The prevalence of atrial fibrillation (AF) is expected to increase several-fold in the coming decades, according to background information in the article. Because the onset of AF is associated with considerable illness and a higher risk of death despite various therapies, the identification of potentially modifiable risk factors for AF is important. While obesity has been associated with other heart problems, it has been unclear whether it is a risk factor for AF.
Thomas J. Wang, M.D., of the Framingham Heart Study, Framingham, Mass., and colleagues examined long-term followup data from the Framingham Heart Study to determine if there was an association between body mass index (BMI, a person's weight in kilograms divided by height in meters squared) and the risk of developing AF. The study group included 5,282 participants (average age, 57 years; 2,898 women) without baseline AF. The researchers examined risk for three categories of BMI: normal, defined as less than 25.0; overweight, 25.0 to less than 30.0; and obese, greater than 30.0. A 5'4" woman would have a BMI of 30 if she weighed 174 lbs.; a 6'00" man would have a BMI of 30 if he weighed 221 lbs.
During an average follow-up of 13.7 years, 526 participants (234 women) developed AF. Age-adjusted incidence rates for AF increased across the 3 BMI categories in men and women. In multivariable models adjusted for cardiovascular risk factors and interim heart attack or heart failure, a 4 percent increase in AF risk per 1-unit increase in BMI was observed in men. Obese men had a 52 percent increased risk for AF; obese women, 46 percent increased risk, compared with individuals with normal BMI. The researchers found that the increased risk for AF may be mostly attributable to an associated dilation of the left atrial (upper chamber of the heart).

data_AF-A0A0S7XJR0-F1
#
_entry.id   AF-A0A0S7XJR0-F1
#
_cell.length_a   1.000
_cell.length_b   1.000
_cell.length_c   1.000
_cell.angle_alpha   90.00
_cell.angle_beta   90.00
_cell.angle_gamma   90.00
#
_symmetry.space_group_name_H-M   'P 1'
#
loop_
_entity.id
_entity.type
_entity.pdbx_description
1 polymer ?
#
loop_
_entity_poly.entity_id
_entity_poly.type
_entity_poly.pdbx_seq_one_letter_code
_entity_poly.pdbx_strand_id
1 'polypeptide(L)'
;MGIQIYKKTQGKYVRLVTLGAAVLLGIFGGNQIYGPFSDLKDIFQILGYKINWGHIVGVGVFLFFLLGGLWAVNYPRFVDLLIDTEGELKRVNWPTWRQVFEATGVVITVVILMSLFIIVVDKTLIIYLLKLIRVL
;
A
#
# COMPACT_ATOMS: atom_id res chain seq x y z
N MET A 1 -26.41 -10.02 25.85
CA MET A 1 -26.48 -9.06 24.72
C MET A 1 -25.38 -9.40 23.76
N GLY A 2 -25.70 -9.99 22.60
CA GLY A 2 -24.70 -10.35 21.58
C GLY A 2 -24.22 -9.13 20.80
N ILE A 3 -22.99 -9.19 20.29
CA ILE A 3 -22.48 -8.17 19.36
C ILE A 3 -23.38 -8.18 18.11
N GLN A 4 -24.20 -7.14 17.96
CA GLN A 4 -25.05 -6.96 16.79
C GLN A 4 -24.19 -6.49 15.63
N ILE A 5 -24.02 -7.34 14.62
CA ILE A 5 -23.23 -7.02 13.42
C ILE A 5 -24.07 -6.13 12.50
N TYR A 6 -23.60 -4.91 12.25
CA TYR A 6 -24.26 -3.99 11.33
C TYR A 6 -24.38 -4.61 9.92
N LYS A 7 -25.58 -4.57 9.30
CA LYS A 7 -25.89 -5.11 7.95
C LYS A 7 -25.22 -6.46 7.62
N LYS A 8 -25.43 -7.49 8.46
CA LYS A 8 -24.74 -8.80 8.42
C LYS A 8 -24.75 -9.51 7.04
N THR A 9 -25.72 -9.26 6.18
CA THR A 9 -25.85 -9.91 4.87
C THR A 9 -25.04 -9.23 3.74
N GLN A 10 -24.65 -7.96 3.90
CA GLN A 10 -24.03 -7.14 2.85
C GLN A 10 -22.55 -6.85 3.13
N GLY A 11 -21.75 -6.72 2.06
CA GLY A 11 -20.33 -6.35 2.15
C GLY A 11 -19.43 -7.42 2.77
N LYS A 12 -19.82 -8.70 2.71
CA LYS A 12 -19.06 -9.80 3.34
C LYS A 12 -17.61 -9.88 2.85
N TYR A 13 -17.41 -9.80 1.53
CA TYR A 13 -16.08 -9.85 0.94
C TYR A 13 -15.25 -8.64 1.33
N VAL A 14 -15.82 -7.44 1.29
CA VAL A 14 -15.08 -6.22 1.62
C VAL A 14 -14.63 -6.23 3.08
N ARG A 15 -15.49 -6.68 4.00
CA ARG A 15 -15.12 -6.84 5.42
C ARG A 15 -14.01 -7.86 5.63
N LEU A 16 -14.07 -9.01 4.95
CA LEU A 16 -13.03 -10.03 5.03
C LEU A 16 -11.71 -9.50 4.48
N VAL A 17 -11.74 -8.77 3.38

"... the implication of these results for the population burden of AF may be substantial, because obesity is highly prevalent and potentially modifiable. Thus, even a small decrease in the prevalence of obesity could lead to a large reduction in the incidence of AF," the authors write.
"Because management of AF remains a difficult clinical challenge, the identification of potentially modifiable risk factors may have important public health implications. Although our study was observational, it raises the intriguing possibility that weight reduction may decrease the risk of AF," the researchers write.
(JAMA. 2004;292:2471-2477. Available post-embargo at JAMA.com)
Editor's Note: This work was supported by grants from the National Institutes of Health/National Heart, Lung, and Blood Institute (NHLBI). For the financial disclosures of the authors, please see the JAMA article.
Editorial: Obesity and Atrial Fibrillation - Is One Epidemic Feeding the Other?
In an accompanying editorial, James Coromilas, M.D., of Columbia University Medical Center, New York, N.Y., writes that the study by Wang et al is important and timely, given the epidemic proportions of both obesity and AF.
"Obesity now needs to be considered a risk factor for the development of AF. Although the increased risk for the development of AF with increased BMI is modest, the public health implications are substantive. Atrial fibrillation is responsible for a 3- to 5-fold increased risk of stroke and a 2-fold increased risk of mortality, and it is reaching epidemic proportions as the U.S. population ages."
"Certainly, the adverse consequences of obesity are well documented and are behind major public health initiatives aimed at lifestyle modification, including exercise and diet. Now it seems that these life style modifications also may have an impact on the epidemic of AF and the morbidity and mortality associated with that condition," writes Dr. Coromilas.
(JAMA. 2004;292:2519-2520. Available post-embargo at JAMA.com)